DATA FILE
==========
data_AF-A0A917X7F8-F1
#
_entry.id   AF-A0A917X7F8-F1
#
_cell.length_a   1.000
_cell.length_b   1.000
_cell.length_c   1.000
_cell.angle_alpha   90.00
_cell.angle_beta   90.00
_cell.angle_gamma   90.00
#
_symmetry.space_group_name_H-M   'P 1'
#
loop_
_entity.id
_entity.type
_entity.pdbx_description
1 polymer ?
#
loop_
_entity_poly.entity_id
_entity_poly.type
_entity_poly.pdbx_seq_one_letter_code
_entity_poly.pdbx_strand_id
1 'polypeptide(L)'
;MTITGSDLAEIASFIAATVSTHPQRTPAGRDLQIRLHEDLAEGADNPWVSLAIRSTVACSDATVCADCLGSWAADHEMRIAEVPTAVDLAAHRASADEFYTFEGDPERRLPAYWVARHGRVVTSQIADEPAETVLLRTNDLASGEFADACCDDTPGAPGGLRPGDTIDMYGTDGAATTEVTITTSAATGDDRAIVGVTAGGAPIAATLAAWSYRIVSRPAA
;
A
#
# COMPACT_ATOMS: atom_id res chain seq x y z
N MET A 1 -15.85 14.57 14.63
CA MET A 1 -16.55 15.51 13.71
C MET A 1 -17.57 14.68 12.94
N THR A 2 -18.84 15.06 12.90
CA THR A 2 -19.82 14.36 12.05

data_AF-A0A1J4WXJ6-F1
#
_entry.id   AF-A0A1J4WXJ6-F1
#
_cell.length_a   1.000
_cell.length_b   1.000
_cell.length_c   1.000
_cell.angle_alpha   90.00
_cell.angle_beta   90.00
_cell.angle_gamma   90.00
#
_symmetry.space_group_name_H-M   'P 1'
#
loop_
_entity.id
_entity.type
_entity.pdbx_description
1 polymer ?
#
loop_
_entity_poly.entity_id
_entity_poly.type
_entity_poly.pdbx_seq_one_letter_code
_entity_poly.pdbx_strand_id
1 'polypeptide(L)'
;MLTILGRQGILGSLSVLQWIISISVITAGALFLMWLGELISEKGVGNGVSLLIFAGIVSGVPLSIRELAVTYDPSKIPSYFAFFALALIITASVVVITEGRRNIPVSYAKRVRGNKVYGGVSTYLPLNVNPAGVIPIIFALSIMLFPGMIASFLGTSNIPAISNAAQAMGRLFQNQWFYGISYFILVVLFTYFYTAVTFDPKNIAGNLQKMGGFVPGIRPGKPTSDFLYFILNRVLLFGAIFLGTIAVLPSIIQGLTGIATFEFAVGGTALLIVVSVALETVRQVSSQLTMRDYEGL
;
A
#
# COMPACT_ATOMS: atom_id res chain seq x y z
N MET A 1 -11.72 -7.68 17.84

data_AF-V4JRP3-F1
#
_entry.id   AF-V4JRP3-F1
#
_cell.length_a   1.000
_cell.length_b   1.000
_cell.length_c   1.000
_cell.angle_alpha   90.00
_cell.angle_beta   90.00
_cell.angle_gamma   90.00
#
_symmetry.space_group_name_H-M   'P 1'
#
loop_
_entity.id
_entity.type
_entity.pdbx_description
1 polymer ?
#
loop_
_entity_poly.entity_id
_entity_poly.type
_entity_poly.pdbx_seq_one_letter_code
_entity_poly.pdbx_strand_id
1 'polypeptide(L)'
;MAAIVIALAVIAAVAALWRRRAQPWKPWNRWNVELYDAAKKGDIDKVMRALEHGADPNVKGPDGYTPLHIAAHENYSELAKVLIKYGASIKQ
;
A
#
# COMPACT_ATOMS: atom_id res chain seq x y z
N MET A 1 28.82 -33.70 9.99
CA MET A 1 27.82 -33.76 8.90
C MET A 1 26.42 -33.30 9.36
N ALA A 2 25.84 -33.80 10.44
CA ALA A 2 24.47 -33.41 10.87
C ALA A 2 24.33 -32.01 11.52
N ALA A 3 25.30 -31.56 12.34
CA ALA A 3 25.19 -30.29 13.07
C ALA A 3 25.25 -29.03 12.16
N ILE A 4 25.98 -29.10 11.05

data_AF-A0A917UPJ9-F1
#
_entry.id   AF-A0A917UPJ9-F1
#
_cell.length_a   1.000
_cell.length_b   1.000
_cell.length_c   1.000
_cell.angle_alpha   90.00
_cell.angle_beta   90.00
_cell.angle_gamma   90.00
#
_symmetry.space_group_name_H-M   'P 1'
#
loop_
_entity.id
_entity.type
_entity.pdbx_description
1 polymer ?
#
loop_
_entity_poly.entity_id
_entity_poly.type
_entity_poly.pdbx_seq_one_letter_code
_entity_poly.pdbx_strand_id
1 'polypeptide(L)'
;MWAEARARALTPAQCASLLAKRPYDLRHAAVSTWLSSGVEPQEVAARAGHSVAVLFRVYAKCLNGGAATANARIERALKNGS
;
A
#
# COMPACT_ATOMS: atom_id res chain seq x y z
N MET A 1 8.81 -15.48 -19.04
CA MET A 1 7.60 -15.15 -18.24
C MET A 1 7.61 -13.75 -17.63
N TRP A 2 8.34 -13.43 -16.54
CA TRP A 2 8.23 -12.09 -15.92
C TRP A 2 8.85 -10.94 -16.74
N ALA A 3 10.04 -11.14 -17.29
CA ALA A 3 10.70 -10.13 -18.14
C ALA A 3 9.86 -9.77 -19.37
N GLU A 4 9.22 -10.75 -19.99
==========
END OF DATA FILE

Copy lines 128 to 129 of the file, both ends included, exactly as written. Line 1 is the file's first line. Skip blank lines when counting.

_entity_poly.type
_entity_poly.pdbx_seq_one_letter_code